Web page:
"Well, he hated being in public. He hated the spotlight... So, people who didn't know him very well
thought that he was very, very stiff and formal. That was his sort of public image, if you like.
But when he wasn't in the public eye, he was very relaxed. He was funny,
he had a terrific sense of humor, and he was very, very good with his children. He loved his children...
He was probably the better parent of the two of them. He was much better
with the kids than Victoria was. There is a scene where he dresses up as a bear, that's actually factual.
He did do that. He loved Christmas, for example. He kind of invented Christmas, in a way.
He imported to the Anglo-Saxon world the idea of the Christmas tree and all that kind of stuff.
I think they had been doing that in Germany for years, but it never happened in Britain before, certainly.
The idea of the family Christmas was very much his idea.
He was a very warm and loving family man, in spite of the fact that his public persona was very quiet and
reserved and formal." 11
Firth also adds that "what we think of as Victorian morality is really Albertian morality, which was imposed on her.
I knew nothing at all about him when I started, except that he was German and had something to do with the South Kensington museums. But I came to like him very much."
Nigel Hawthorne, best known for his role as King George in The Madness of King George,
the chance to play another royal character, Lord Melbourne, Queen Victoria’s first prime minister.
Having done some historical research on the background of his character, Hawthorne comments,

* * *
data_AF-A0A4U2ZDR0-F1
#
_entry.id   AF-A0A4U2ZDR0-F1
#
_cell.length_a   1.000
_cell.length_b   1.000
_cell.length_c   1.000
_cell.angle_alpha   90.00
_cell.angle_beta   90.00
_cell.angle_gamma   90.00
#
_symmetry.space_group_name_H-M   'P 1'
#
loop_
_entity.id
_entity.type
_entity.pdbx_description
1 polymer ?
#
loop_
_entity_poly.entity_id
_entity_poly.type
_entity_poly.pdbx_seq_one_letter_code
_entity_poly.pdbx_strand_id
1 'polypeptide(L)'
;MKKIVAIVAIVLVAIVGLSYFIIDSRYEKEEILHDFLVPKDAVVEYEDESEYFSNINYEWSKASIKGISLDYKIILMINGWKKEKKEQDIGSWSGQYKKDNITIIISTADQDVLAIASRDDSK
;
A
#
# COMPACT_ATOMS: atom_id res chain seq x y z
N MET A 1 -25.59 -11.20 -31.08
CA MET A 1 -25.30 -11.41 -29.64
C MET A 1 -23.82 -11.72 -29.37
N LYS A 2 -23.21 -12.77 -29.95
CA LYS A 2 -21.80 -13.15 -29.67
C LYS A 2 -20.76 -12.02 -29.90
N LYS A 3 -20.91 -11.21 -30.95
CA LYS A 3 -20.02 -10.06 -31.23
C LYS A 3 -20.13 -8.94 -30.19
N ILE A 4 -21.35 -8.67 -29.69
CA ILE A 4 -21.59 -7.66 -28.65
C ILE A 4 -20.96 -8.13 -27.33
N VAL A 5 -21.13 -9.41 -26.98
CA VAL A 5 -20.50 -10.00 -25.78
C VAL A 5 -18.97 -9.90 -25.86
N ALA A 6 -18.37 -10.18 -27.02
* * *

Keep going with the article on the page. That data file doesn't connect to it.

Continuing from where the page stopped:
"I think Melbourne was a very difficult man because he was so easygoing. He'd had a romance
and a marriage with Caroline Lamb, a very, very errant spirit. She was totally off the wall.
She eventually left, as he was then William Lamb--before he became Lord
Melbourne--and went off with Lord Byron. She had a big affair with Lord Byron, and Byron eventually got
very irritated by her, and ditched her. And Melbourne took her back again. So this was the man that was
prepared to eat humble pie, knowing he had been cuckolded by Byron, who was very romantic and the
man of the day, the big heroic paretic symbol of the day. All the women fell for him. But he took her back.
He saw in Victoria something of that spirit, I believe. He was obviously much, much older than she. I mean,
she was 18 and he was nearly 50. And so, he saw in her the daughter that he'd always wanted. He had
just lost his own son, who died. He saw in this young girl something that he really adored. And it was funny,
they became incredibly close." 13
Diana Rigg reveled in her role as Baroness Lehzen. Rigg found the role compelling "because she is a complicated
woman, and she had great influence over Victoria. Victoria loved her a lot. She wrote, with hindsight, and she loved her more than her mother.
Although she was quite a strict old bag, you know? I love playing these sort of parts, slightly repressed
woman. I just like them." 14